Duke University computer science and economics grad Melinda Gates returned to her alma mater this past weekend to deliver the commencement address, telling grads to reject the notion of Time magazine’s thesis in the piece “The Me Me Me Generation.”
“I want to encourage you to reject the cynics who say that technology is flattening your experience of the world. Please don’t let anyone make you think … that you are somehow shallow because you like to update your status on a regular basis,” said Gates, who graduated from the school in 1986. “The people who say that technology has disconnected you are wrong. But so are the people who say that technology has automatically connected you.” (Previously on GeekWire: Talking ’bout my generation: We’re not acting entitled, we’re being reasonable)
Gates, who after working at Microsoft for a number of years co-founded the Bill & Melinda Gates Foundation, went on to stress the importance of “deep human connection.”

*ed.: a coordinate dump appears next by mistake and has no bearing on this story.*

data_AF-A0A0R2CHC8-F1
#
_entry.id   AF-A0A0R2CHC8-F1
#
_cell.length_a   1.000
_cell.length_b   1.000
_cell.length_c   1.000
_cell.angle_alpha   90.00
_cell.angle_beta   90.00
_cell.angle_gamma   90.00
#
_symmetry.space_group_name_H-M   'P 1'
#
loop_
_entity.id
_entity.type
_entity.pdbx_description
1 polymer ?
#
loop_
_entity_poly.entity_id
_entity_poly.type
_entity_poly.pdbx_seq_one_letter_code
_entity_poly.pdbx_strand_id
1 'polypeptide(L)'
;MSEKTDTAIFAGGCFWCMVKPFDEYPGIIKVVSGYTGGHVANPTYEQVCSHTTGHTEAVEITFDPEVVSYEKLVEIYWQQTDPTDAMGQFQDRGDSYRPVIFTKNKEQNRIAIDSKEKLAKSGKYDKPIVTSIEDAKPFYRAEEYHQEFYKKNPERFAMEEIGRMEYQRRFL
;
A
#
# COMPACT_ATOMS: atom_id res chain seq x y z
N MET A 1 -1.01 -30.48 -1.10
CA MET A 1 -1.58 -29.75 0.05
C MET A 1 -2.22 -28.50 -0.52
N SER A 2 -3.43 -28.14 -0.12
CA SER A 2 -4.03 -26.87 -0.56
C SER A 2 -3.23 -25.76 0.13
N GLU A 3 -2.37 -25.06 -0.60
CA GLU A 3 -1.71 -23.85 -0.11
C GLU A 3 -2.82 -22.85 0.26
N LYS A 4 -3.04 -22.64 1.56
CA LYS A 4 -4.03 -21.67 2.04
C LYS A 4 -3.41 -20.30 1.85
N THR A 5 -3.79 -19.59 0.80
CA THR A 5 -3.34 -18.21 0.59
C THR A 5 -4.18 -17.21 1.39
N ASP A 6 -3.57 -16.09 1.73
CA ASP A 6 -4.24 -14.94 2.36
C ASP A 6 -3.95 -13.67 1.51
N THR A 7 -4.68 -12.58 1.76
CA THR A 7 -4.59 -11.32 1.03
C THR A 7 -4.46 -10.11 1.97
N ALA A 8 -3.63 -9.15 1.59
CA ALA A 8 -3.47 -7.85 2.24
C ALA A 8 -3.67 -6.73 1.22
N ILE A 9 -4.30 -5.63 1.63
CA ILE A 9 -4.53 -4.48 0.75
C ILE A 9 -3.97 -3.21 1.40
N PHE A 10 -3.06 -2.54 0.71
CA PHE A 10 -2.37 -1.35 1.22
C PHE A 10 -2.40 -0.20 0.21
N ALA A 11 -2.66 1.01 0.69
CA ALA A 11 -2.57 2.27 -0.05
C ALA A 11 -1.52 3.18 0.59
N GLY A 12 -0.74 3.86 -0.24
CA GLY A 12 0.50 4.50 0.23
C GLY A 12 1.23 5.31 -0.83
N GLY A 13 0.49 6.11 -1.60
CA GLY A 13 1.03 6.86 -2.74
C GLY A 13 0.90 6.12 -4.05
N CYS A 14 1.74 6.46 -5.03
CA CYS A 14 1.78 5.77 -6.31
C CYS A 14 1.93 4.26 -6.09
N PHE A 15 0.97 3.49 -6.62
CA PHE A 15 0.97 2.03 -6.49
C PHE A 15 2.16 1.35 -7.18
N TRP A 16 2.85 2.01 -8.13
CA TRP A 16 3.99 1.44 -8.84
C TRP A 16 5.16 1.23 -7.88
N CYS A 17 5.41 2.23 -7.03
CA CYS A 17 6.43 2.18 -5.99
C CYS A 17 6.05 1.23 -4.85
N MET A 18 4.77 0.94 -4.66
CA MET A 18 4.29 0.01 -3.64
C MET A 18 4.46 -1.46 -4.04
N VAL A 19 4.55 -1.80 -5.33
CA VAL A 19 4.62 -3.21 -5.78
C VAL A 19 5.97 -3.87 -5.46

Taking advantage of new communications technologies, Gates said that the new graduates could connect with other people across the globe. “Your world, really can be a neighborhood,” she said.
Pointing to her experiences in Africa, Gates noted that there are now 700 million cell phone subscribers. Because of that, she said people across the world can now use technology to “make the world bigger” and connect with others by sharing stories, experiences or even favorite recipes.
“I don’t want you to connect for connection’s sake alone,” she said. “I want you to connect because I believe it will inspire you to do something, to take action, to make a difference in the world,” she says. “Humanity in the abstract will never inspire you the way meeting another human being will.”
Gates noted that being rich does not define her or Bill.
“The universe is like computer code in that way. It is binary. There’s life, and then there is everything else. There are zeroes and there ones. I’m a one. You are a one. My friend in the Himalayas, she’s a one.”
She concluded that technology can be used to help “light up a network of seven billion people with long lasting and highly-motivating human connections.”
You can watch Gates’ speech in full in the video below.
[Hat tip to Mashable]